Read time: 10 mins Recently, there has been a new surge of attention towards business ventures aimed at cleaning up our beaches. I first came across the machines on twitter, where a marine conservation biologist retweeted one onto my timeline, captioning it: "What fresh hell is this? Lots of things live in sand". After some … Continue reading Mechanical Beach Cleaning: Friend or Foe?
Read time: 10 mins Australia is facing a crisis. It has the worst mammal extinction rate out of any other country on Earth: in the last decade, 3 of its native species have become extinct and hundreds more are currently on the verge of disappearing forever, too. Although a longstanding issue, in recent years this … Continue reading To Cull, or Not to Cull? Feral Cats and Australia’s Extinction Crisis
Read Time: 2 mins To stay in contact during isolation my friends and I have been doing a weekly quiz night via video call, which is great fun and a much needed slice of normality. There is almost always a nature round, and recently a question about declining bee populations came up. This has claimed … Continue reading What’s Up With The Bees?
This post is a little different than the usual. This is a strange time we're living in, and through all the uncertainty we can find refuge in nature. I was musing over an interaction I had a few years ago and wanted to put thoughts down on paper (or rather, my laptop). And the people … Continue reading Stillness Through Covid19
Read Time: 2 mins Did you know that vision is different between predator and prey animals? Most predators have front-facing eyes, which give them a large binocular visual field and superior depth perception for accurate spatial localisation when zooming in on their prey. Herbivores, on the other hand, often have lateral orbits and an almost … Continue reading Predators, Prey and Pupil Shape
Read time: 2 mins Forget the ethereal glowing world of James Cameron's Avatar, here on Earth we have plenty of our own bioluminescent creatures and the effects can look magical. Organisms have evolved this ability for various reasons like attracting mates, escaping predation, scanning for prey and even to communicate. Creatures with this ability can … Continue reading Nature’s Invisibility Cloak: Astonishing Symbiosis Between Bobtail Squid and Vibrio Fischeri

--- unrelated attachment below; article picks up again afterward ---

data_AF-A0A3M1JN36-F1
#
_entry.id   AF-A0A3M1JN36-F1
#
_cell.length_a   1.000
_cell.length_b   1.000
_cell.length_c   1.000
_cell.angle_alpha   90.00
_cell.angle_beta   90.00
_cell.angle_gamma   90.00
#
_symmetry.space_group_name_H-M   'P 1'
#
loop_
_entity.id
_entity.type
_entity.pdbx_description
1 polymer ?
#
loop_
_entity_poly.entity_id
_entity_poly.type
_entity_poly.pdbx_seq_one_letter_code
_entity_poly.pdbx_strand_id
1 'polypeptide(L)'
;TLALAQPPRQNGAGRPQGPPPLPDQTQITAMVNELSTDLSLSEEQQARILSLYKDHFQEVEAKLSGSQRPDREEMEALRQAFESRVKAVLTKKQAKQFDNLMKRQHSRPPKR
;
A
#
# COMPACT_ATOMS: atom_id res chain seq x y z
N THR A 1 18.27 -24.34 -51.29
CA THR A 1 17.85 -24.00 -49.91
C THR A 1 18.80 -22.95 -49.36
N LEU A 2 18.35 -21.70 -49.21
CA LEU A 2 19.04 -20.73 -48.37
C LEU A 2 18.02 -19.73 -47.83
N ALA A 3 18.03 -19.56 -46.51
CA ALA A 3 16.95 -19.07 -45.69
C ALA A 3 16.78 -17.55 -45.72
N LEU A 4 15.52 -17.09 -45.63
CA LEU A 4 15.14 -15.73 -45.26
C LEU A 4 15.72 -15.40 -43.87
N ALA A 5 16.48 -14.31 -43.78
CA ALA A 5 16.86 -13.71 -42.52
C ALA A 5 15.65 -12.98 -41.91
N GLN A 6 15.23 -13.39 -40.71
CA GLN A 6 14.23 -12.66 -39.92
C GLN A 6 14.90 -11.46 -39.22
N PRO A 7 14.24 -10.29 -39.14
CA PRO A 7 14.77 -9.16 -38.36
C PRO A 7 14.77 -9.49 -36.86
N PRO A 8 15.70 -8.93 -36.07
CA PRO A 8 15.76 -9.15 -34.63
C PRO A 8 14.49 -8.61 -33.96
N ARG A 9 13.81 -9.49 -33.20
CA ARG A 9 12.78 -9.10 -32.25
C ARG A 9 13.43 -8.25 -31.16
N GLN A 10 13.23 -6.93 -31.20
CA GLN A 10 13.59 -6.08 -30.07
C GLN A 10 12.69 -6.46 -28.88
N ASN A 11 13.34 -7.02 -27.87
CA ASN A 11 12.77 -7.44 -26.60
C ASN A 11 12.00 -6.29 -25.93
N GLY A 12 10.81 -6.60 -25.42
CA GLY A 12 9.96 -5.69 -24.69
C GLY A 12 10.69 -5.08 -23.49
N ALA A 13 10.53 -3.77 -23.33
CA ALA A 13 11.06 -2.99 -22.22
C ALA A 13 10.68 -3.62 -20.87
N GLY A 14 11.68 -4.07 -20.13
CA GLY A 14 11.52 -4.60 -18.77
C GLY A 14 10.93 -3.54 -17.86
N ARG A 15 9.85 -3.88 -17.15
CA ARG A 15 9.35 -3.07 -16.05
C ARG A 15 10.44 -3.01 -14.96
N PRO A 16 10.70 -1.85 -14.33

Read time: 10 mins Bird migration is an astounding feat of endurance and a wondrous phenomena to behold. 55,923 miles from pole to pole - this is the greatest migration distance ever known to the animal kingdom, and is routinely flown by the Arctic Tern every year. These birds live for up to 30 years: … Continue reading How Is Climate Change Affecting Bird Migration?
Making a nest box is a great and fun way to help our feathery friends, not to mention a good way to attract different species of bird into your garden! Depending on your DIY skill level, it can take anywhere from an hour to half a day - but what better way to pass some … Continue reading DIY: Build Your Own Bird Box!
Read time: 2 minutes The world's second-largest population of dugongs, a marine mammal that mainly eats underwater grass, has recently been discovered in waters off the coast of Qatar. Also known as "sea cows", these amazing animals can live for roughly 70 years and are 8 - 10 ft long; known to perform tail stands … Continue reading Dugong Mystery: World’s Second Largest Group Discovered off Qatar
Should elephants be kept in captivity? This controversial question has caused a rift in the scientific community and public eye alike. We know that elephants are faring notoriously poorly in zoos worldwide; in the early 2000's, zoo elephant welfare was widely criticised in numerous reports (for example this one), and in 2008 the situation was … Continue reading The Elephant in The Room: The State of Welfare for UK Zoo Elephants